Sivilsamfunns demokratiske rolle. Er Norge og Danmark så ulike?
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The starting point of this paper is the reports on power and democracy which were finished in Denmark and Norway in 2003. The paper is an attempt at explaining the reason for the great differences between the conclusions of the two reports when it comes to the democratic role of civil society in the two countries. While the Danish report claims that the Danish democracy is ”still viable”, the Norwegians claim that the Norwegian democracy is “disintegrating”. The differences are interesting since Denmark and Norway both have political systems which, according to the literature of the field, and compared to other democracies, are very similar. By means of comparative analyses of Denmark and Norway, the paper reveals differences between the two reports both when it comes to definitions and interpretations in addition to differences between the two countries concerning the development of civil society, the structure in the variety of organizations and individual approaches to political commitment, participation and trust. The investigations show that the difference in definitions for democracy and political participation probably has had the greatest effect on the conclusions of the two reports, since the Norwegian reports clearly have tougher criteria as to what constitutes meaningful democratic participation. The groups of variables that constitute the foundation of the analyses are definitions and interpretations used in the reports, historical development, where the focus is on the creation of civil society and the development in both countries, the structural relationships in the variety of organizations in both Denmark and Norway, and political commitment, participation and trust among the people. The starting point for the analyses has been classical theories of democracy and civil society, but the investigations are also connected to other schools of thought within theories of democracy. The analysis of the variables are based on suitable literature, in addition to secondary data and statistics.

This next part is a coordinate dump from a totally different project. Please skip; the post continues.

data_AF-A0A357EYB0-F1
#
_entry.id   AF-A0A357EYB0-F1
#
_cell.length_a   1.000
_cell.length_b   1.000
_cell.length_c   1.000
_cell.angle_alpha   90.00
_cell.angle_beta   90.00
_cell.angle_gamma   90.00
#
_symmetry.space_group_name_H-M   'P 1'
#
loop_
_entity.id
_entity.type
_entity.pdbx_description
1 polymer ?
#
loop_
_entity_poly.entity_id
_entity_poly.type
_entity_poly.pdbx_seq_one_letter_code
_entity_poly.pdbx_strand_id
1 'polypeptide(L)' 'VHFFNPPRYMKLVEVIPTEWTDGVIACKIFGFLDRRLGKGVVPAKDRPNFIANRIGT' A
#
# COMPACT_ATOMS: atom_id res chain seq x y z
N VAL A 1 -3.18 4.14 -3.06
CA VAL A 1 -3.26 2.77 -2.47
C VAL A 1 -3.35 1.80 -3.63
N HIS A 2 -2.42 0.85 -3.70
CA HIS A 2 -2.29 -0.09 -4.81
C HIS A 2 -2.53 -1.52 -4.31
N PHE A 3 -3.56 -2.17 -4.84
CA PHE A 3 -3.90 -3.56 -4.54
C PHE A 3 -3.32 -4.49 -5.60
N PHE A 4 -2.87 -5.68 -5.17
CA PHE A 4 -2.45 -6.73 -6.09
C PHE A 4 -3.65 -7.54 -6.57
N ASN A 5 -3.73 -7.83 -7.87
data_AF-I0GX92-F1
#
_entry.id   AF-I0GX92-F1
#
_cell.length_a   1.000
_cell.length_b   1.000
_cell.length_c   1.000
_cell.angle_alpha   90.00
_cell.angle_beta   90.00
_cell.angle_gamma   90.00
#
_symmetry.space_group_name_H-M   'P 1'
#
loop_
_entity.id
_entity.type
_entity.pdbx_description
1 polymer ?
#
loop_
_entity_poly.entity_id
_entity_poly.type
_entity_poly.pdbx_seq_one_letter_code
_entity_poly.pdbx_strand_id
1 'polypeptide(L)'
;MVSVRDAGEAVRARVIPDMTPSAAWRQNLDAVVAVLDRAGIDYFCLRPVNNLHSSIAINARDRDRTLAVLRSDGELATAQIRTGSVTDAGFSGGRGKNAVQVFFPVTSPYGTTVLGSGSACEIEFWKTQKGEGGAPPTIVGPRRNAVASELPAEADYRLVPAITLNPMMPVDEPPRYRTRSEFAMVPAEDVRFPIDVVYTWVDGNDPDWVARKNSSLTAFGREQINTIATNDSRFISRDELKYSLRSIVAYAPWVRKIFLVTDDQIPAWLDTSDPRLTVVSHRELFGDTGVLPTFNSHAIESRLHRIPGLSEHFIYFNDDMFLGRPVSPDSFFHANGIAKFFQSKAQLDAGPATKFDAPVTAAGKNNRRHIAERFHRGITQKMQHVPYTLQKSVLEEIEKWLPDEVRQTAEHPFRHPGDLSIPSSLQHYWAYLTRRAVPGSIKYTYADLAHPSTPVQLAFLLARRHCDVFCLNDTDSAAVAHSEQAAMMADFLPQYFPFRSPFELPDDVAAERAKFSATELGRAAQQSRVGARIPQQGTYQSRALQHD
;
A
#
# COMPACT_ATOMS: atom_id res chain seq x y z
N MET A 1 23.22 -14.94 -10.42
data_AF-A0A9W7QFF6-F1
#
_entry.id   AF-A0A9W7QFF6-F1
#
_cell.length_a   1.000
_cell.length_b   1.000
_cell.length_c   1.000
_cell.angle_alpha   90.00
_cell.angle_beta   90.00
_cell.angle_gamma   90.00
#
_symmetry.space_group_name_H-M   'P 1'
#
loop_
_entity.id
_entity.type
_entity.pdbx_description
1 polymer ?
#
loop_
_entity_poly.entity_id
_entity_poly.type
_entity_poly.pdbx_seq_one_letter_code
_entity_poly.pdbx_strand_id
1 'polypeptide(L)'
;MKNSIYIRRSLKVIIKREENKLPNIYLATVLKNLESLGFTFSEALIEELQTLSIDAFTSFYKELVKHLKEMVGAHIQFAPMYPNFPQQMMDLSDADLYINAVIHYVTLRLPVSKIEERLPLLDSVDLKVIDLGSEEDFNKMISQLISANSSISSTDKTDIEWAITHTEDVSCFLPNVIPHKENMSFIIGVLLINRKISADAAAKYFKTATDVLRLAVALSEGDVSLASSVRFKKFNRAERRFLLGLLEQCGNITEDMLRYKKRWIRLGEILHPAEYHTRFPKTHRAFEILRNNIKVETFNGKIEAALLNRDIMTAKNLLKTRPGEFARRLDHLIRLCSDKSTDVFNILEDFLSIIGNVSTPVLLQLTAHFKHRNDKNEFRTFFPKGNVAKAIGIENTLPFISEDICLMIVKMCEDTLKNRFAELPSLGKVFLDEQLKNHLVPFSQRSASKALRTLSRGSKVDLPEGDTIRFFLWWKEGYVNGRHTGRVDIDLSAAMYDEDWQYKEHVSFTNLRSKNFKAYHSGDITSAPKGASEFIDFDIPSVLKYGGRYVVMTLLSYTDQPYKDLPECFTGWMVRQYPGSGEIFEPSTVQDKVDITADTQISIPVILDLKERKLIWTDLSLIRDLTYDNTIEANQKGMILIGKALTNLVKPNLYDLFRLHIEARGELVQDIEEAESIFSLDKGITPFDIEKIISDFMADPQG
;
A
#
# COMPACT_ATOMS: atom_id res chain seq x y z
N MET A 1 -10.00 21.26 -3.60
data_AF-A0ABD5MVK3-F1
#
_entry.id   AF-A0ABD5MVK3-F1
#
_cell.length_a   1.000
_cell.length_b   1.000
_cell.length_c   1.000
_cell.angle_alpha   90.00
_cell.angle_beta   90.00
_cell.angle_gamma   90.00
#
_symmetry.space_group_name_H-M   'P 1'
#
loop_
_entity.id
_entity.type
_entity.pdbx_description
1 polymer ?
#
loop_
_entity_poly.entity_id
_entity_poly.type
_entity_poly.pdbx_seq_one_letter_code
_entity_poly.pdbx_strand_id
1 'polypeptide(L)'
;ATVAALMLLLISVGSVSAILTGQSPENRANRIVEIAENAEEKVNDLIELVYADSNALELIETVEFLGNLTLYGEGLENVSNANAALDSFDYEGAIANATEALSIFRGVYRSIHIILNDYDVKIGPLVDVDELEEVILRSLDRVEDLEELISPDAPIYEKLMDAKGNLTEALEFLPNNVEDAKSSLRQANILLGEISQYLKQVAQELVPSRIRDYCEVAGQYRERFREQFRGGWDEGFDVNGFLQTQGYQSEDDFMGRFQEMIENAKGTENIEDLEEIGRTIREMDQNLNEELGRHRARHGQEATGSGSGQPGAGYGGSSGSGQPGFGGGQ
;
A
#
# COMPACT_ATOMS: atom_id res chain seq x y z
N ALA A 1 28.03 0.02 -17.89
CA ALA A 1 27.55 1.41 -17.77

PublisherThe University of Bergen
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